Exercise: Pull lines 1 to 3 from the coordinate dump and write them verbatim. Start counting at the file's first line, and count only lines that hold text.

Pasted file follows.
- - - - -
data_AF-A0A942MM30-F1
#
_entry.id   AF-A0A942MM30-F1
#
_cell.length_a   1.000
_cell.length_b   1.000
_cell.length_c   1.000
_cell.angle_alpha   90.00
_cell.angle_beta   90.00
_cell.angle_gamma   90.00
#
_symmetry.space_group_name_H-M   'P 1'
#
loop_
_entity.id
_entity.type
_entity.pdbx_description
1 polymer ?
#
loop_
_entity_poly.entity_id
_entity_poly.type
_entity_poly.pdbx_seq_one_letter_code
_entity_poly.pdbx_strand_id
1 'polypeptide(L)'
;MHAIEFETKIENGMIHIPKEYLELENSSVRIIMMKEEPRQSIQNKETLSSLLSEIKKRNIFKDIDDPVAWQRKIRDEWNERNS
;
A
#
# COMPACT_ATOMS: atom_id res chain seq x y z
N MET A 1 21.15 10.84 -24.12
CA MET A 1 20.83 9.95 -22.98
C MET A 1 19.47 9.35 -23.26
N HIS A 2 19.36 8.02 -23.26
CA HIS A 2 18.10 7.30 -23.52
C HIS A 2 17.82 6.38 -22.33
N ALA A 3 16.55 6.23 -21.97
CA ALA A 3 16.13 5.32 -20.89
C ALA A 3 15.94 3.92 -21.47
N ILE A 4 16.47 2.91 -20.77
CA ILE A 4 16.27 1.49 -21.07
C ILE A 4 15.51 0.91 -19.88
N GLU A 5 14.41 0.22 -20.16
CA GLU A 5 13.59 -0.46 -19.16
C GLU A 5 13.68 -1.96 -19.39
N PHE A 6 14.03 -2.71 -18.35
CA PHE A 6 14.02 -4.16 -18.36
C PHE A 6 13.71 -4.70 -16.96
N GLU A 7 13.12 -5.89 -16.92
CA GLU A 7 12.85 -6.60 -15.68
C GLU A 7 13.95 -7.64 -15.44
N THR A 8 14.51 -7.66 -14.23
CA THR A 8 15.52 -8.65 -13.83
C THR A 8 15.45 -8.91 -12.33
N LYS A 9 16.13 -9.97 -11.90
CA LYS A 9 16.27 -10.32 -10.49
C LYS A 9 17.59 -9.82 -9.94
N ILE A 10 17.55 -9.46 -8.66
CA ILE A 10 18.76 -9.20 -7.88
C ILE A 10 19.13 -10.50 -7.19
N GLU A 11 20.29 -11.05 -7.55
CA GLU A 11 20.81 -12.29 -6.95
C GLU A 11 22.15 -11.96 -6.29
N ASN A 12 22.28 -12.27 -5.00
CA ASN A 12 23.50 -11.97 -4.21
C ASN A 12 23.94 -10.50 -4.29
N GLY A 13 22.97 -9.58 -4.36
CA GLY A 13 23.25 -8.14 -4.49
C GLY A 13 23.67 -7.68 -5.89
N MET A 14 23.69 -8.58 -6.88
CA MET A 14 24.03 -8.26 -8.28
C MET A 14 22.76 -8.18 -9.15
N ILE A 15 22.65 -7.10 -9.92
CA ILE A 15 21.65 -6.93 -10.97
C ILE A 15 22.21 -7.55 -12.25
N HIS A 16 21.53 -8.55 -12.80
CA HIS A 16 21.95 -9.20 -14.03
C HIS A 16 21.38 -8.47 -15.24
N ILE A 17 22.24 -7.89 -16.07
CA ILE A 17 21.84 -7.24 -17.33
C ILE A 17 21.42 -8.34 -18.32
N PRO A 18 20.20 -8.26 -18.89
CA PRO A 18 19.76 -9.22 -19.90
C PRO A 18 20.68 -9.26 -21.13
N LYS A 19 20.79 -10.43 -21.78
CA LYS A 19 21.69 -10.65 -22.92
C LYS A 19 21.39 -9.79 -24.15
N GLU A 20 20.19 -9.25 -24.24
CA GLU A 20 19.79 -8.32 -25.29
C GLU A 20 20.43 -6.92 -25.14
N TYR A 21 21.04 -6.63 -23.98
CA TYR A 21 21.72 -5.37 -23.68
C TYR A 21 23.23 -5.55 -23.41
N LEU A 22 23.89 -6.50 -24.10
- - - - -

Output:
data_AF-A0A942MM30-F1
#
_entry.id   AF-A0A942MM30-F1